HindustanTimes Wed,27 Aug 2014


Cricket fraternity rallies around under-fire Yuvi
N Ananthanarayanan, Hindustan Times
New Delhi, April 07, 2014
First Published: 20:34 IST(7/4/2014)
Last Updated: 00:47 IST(8/4/2014)

India’s defeat in Sunday’s World Twenty20 in Bangladesh against a brilliant Sri Lanka has left frustrated fans targeting Yuvraj Singh as the villain after his 21-ball 11 and inability to rotate the strike with Virat Kohli, in sublime touch but stuck at the other end.

Soon after Sri Lanka triumphed, disappointed fans started protesting outside Yuvraj’s home in Chandigarh. Fans also pelted stones at his house to vent their frustration.

Read: Yuvraj should not be singled out, says father Yograj

Such attacks aren’t uncommon in a cricket-crazy nation with cricketers having faced the wrath of fans after their slow start in the 2003 World Cup and the first round exit four years later.

However, the vehemence of the attacks and the singling out of an individual has shocked the cricket fraternity. Cricketers past and present have rallied around Yuvraj, with Sachin Tendulkar saying, “Yuvi had a tough day, and can be criticised.”

“But he should not be crucified, neither should he be written off,” Tendulkar added.

Yuvraj – the hero of many a triumph including the 2002 NatWest Trophy in England, the 2007 WT20 and the 2011 World Cup, where he was the Man-of-the-Tournament – successfully battled cancer after the 2011 World Cup and staged a comeback .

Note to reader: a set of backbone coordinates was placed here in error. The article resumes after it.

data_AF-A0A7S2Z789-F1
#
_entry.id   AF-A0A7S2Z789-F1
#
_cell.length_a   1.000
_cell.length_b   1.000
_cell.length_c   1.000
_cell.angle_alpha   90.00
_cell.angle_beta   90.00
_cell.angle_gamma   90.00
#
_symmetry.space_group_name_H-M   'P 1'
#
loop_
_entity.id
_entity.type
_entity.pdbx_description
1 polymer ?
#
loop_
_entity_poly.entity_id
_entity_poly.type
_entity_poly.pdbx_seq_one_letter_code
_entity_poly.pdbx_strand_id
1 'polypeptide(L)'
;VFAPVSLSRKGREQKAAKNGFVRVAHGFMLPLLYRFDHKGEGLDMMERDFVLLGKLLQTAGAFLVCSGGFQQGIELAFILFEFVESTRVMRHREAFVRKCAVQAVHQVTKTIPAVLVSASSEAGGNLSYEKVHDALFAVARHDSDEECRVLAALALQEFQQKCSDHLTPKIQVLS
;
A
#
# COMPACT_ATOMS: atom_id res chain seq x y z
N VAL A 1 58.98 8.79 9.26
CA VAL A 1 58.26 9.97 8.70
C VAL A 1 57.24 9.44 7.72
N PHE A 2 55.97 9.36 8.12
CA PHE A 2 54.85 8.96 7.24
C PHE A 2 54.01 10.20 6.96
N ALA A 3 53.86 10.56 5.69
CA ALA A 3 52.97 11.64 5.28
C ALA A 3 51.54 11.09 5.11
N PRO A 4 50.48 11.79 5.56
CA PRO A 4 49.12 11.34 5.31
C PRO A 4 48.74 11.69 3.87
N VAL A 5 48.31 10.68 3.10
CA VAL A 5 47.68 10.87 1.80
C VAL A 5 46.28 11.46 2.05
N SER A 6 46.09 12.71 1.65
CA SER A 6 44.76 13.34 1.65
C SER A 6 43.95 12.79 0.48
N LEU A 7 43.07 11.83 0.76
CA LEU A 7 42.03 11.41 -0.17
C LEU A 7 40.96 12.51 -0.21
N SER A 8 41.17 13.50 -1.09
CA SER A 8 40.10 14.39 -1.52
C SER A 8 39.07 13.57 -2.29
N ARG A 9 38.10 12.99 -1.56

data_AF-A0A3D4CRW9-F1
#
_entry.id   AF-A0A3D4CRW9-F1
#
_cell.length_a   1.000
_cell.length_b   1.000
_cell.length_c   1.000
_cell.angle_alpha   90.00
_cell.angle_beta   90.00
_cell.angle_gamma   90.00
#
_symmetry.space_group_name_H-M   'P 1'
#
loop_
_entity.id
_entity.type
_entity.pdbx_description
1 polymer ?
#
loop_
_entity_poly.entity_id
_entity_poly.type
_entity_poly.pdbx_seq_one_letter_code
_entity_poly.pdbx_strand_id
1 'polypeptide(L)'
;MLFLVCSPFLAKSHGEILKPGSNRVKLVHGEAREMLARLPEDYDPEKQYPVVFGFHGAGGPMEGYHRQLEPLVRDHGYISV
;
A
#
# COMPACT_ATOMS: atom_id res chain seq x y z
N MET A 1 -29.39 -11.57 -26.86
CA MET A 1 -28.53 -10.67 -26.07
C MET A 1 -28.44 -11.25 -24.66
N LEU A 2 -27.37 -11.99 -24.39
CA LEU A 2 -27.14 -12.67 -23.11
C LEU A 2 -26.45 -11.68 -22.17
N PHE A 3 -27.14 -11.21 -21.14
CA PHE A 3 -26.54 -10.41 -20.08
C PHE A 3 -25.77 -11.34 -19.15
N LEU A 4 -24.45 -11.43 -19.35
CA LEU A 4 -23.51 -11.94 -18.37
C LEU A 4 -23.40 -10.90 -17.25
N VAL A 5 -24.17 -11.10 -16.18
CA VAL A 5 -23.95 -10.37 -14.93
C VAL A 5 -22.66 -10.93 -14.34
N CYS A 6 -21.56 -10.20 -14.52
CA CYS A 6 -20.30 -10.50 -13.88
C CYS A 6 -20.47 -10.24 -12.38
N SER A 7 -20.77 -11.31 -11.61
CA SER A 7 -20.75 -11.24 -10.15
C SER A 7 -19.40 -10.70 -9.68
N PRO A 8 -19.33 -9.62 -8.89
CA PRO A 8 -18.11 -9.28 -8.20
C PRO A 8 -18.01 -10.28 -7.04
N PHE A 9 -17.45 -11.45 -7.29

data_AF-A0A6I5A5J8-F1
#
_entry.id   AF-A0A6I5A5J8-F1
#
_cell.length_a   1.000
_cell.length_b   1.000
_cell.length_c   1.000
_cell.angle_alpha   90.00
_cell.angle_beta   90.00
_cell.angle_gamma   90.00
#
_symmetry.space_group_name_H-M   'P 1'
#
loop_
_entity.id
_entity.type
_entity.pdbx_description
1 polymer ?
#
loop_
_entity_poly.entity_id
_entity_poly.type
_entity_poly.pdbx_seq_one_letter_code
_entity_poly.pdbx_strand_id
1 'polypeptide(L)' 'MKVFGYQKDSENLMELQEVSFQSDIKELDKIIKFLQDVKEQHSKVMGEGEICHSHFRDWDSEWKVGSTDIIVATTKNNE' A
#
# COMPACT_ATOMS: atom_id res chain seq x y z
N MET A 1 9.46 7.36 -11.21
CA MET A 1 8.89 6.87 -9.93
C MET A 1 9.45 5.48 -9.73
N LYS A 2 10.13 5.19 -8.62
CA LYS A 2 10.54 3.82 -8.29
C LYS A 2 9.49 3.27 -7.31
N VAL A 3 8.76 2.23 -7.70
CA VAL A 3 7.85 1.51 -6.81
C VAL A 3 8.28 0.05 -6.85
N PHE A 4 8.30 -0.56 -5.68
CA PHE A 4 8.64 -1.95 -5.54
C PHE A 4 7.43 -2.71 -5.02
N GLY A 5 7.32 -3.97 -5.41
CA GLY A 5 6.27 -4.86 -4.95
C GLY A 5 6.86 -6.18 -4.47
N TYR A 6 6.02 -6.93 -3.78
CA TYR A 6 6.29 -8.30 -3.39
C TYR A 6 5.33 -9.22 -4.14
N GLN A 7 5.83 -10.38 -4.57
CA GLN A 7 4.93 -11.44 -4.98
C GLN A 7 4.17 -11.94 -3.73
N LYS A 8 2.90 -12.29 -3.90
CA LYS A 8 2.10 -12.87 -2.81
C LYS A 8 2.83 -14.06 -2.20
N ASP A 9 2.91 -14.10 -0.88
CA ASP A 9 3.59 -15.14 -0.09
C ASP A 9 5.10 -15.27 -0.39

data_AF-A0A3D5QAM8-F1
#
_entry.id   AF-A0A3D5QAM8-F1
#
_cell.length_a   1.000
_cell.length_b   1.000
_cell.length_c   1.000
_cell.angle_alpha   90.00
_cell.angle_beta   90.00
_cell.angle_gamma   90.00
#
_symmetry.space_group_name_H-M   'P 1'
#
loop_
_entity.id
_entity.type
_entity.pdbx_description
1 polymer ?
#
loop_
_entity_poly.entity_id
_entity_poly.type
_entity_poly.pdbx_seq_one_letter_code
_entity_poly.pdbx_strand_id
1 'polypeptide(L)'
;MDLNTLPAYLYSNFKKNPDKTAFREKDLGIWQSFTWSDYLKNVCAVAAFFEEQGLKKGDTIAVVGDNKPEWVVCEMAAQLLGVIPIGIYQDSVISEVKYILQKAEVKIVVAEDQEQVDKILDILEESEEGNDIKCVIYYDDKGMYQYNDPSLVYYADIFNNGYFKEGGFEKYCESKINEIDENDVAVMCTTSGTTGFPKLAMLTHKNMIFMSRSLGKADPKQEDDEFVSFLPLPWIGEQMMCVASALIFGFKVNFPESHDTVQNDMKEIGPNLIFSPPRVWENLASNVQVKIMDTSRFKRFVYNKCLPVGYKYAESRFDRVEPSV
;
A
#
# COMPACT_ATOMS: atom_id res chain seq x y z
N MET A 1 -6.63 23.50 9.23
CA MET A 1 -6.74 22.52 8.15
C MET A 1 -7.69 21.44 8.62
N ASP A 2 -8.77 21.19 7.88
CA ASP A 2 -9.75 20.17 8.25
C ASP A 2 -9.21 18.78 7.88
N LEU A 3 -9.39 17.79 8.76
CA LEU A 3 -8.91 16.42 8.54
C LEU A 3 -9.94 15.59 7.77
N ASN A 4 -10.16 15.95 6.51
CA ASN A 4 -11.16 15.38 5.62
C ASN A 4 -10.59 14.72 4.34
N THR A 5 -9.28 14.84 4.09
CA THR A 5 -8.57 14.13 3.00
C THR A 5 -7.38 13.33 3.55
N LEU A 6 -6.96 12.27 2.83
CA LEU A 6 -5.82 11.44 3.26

The 32-year-old, however, has struggled in recent times. He was axed from the ODI squad after the South Africa tour, and T20 was seen as his best bet. But barring a fluent 60 in an inconsequential game against Australia, he looked short on confidence in Bangladesh.

Read: World T20: Fans protest outside Yuvraj's home

But that is no excuse for such behaviour, feels Kapil Dev.

“We still don’t understand sport. Look at Sri Lanka, they lost four World Cup finals. There is nothing wrong with criticism, but people are losing their heads,” the 1983 World Cup-winning skipper told HT.

“Yuvraj did have a rough time. But which cricketer hasn’t gone through that? Have I not? Have Sourav, Sachin, Sunil Gavaskar not gone through such a phase?” Kapil asked.

But is this the end of his India carrier for the southpaw? “It all depends on him, how much he wants to play,” Kapil signed off.

Former India skipper Sourav Ganguly, too, sprang to Yuvraj’s defence. In his column in HT, he said, “Here is a man who has won you two world cups and to get after him for one bad day is a massive sign of immaturity.”

Read: Not only Yuvraj, it can happen to any athlete: Dhoni

Yuvraj’s best chance to redeem himself will be at the Indian Premier League, which kicks off on April 16. He was bought at a record price of Rs. 14 crore by Bangalore Royal Challengers.

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